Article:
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Tory MP Aidan Burley has been so kind to give the nation an explanation of why he branded the opening ceremony of the London Olympics “leftie multicultural crap”. In below video, Burley explains he wasn’t happy about “lots of focus on rap music at the expense of bigger bands like Coldplay, the Beatles and the Stones which would be more fairly representative?”
What, in east London?!
Hang on…. Aidan Burley, isn’t he the MP who was forced to quit as a ministerial aide after attending a Nazi-themed stag do in France last year? Yep, that’s him…
Burley, and some Daily Mail journalists similarly inclined, once again reminded us of the fact that what those criticising multiculturalism are actually uneasy about is the presence of people of colour in our midst, particularly when these people are representing the nation in front of a global audience. In this sense, of course, the ‘culture’ in multiculturalism is a thinly veiled euphemism for race. What is criticised is the multicultural reality – white and non-white communities living together and sharing a cultural framework of reference (i.e. grime).
Scottish singer Emeli Sandé who sang the hymn “Abide With Me” represents the right kind of diversity (a black person singing a British song). But when Dizzee Rascal performs a distinctly black cultural art form – grime – the racists start to shuffle uneasily in their chairs, particularly when the act is presented to the world as something distinctly British. As Paul Gilroy would say: There Ain’t no Black in the Union Jack.
The Daily Mail initially published the following commentary on the opening ceremony, before deleting the most racist elements of the paragraphs:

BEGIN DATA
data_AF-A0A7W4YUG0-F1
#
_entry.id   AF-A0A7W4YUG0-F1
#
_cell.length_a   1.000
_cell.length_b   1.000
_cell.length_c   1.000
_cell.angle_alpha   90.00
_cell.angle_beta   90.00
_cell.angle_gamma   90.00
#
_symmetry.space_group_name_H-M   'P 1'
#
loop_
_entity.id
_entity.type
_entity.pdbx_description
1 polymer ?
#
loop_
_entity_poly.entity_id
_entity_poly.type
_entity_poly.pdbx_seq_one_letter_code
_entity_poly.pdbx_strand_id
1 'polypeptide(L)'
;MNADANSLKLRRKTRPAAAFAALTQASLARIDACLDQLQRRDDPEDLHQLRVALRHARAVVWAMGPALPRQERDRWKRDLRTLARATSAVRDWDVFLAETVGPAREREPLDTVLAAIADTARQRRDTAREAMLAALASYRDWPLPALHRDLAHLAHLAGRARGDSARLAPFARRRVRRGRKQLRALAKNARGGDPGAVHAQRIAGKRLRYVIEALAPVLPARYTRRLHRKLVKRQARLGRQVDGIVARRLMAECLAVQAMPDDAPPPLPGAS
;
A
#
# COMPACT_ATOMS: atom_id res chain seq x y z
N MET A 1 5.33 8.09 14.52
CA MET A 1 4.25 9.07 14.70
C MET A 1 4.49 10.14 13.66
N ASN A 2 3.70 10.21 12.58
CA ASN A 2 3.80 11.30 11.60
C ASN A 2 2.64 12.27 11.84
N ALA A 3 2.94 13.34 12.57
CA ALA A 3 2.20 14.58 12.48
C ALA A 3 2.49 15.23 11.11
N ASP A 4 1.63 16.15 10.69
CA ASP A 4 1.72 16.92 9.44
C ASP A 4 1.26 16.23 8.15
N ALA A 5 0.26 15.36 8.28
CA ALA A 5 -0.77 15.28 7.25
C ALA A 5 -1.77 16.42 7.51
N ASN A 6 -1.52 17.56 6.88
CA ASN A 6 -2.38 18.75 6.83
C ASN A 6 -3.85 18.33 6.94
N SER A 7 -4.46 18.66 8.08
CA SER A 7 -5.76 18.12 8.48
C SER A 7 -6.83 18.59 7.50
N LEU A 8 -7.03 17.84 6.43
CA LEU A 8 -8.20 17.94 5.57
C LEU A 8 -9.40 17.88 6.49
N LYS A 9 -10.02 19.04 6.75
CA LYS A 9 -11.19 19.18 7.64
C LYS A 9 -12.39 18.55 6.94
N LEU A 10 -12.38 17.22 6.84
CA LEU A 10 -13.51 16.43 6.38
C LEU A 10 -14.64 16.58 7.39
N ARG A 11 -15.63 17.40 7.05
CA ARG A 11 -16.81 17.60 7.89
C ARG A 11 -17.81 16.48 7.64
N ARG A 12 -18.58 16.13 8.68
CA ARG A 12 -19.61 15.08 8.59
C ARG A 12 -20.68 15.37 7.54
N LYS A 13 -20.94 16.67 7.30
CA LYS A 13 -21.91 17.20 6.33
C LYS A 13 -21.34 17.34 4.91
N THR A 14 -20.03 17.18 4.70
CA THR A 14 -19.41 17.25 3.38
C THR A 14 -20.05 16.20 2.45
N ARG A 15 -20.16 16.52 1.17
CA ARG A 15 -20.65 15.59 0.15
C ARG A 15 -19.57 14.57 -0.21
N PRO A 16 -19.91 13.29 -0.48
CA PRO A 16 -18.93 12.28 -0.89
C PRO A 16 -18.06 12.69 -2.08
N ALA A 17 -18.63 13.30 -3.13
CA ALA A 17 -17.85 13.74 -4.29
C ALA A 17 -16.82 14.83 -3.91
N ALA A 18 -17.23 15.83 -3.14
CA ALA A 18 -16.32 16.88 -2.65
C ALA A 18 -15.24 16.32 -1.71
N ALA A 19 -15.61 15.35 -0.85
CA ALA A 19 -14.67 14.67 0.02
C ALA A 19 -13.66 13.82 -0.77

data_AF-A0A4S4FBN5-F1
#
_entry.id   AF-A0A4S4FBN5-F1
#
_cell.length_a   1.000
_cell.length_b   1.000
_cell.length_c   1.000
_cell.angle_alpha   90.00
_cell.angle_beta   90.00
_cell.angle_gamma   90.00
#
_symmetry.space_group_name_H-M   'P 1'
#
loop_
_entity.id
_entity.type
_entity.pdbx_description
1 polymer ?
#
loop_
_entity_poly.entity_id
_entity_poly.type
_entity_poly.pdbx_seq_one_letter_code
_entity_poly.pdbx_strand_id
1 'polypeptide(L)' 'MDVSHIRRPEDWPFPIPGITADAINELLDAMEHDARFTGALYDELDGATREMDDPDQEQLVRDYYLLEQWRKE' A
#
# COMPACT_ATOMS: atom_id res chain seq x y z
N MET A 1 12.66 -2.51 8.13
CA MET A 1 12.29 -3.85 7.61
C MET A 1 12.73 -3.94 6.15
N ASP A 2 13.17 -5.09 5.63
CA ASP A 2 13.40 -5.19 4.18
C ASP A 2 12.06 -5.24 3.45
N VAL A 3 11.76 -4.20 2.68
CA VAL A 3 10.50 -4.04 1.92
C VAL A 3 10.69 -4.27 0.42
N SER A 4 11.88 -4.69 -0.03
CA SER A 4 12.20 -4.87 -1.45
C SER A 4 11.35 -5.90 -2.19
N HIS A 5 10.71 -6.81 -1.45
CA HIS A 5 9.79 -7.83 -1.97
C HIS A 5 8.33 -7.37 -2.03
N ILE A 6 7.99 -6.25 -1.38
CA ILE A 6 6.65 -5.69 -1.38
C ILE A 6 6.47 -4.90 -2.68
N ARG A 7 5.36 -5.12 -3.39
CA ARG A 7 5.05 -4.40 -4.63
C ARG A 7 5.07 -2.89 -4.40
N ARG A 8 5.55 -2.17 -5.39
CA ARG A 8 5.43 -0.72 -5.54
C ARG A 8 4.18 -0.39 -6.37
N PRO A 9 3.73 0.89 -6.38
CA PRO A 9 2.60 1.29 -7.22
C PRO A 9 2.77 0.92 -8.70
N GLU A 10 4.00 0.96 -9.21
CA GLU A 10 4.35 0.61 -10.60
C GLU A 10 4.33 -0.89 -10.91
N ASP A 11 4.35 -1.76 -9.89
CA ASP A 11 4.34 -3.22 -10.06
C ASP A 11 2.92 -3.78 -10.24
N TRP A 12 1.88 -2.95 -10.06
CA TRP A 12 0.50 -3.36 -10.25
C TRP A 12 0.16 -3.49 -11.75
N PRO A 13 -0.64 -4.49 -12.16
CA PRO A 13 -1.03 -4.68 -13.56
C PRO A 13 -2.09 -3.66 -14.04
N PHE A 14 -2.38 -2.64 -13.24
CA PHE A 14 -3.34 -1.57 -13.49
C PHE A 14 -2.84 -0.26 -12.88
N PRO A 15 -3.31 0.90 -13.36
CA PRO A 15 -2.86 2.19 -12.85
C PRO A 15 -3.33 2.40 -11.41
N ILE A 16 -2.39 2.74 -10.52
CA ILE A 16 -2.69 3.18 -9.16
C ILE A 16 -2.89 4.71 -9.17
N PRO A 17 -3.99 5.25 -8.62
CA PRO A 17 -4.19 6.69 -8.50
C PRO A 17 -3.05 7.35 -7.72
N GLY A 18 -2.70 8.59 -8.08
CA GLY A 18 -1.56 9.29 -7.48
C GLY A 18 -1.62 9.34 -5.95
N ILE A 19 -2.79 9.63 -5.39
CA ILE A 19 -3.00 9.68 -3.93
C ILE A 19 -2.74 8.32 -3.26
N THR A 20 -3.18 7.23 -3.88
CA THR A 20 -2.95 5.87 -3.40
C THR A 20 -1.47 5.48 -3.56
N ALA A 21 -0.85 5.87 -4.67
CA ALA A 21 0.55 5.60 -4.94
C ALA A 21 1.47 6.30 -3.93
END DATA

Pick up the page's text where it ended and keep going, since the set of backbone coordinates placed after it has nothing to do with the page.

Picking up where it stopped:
“This was supposed to be a representation of modern life in England but it is likely to be a challenge for the organisers to find an educated white middle-aged mother and black father living together with a happy family in such a set-up.
“Almost, if not every, shot in the next sequence included an ethnic minority performer. The BBC presenter Hazel Irvine gushed about the importance of grime music (a form of awful electronic music popular among black youths) to east London. This multicultural equality agenda was so staged it was painful to watch.”
Read more on that Daily Mail article here.
Anti-racist scholar Alana Lentin, said in an interview with TMP last year:
“When you’re talking about what’s in crisis today in terms of multiculturalism, you’re not even referring to the historical changes I have described. The crucial point is that multicultural policies haven’t really come under attack. You see all kinds of policies that are basically the same types of policies that have been in place for decades. What you call diversity today is just another iteration of multiculturalism. These are the same culturalist politics; i.e. culturalised responses to political or socio-economic issues in society. That is not what is under attack. What is under attack is what has been described as the ‘multiculturalism of fact’ – the lived multicultural experience. The fact that people from different backgrounds live together is under attack and it is being done under the guise of statements saying state multiculturalism has failed.”
By the way. While the historical narrative which Danny Boyle presented the viewer with skilfully skipped over the history of Empire, the colonial subtext of the opening ceremony must not be understated (the Queen, who arrived with James Bond, the prominent role of the military). Not to mention the countless national flags with Union Jacks in them that passed the viewer by, or the deeply patronising BBC commentary when the athletes of Iraq, Afghanistan, Libya and Haiti graced us with their presence.
Addressing those issues would be a few steps too far yet, certainly for liberal multiculturalism.
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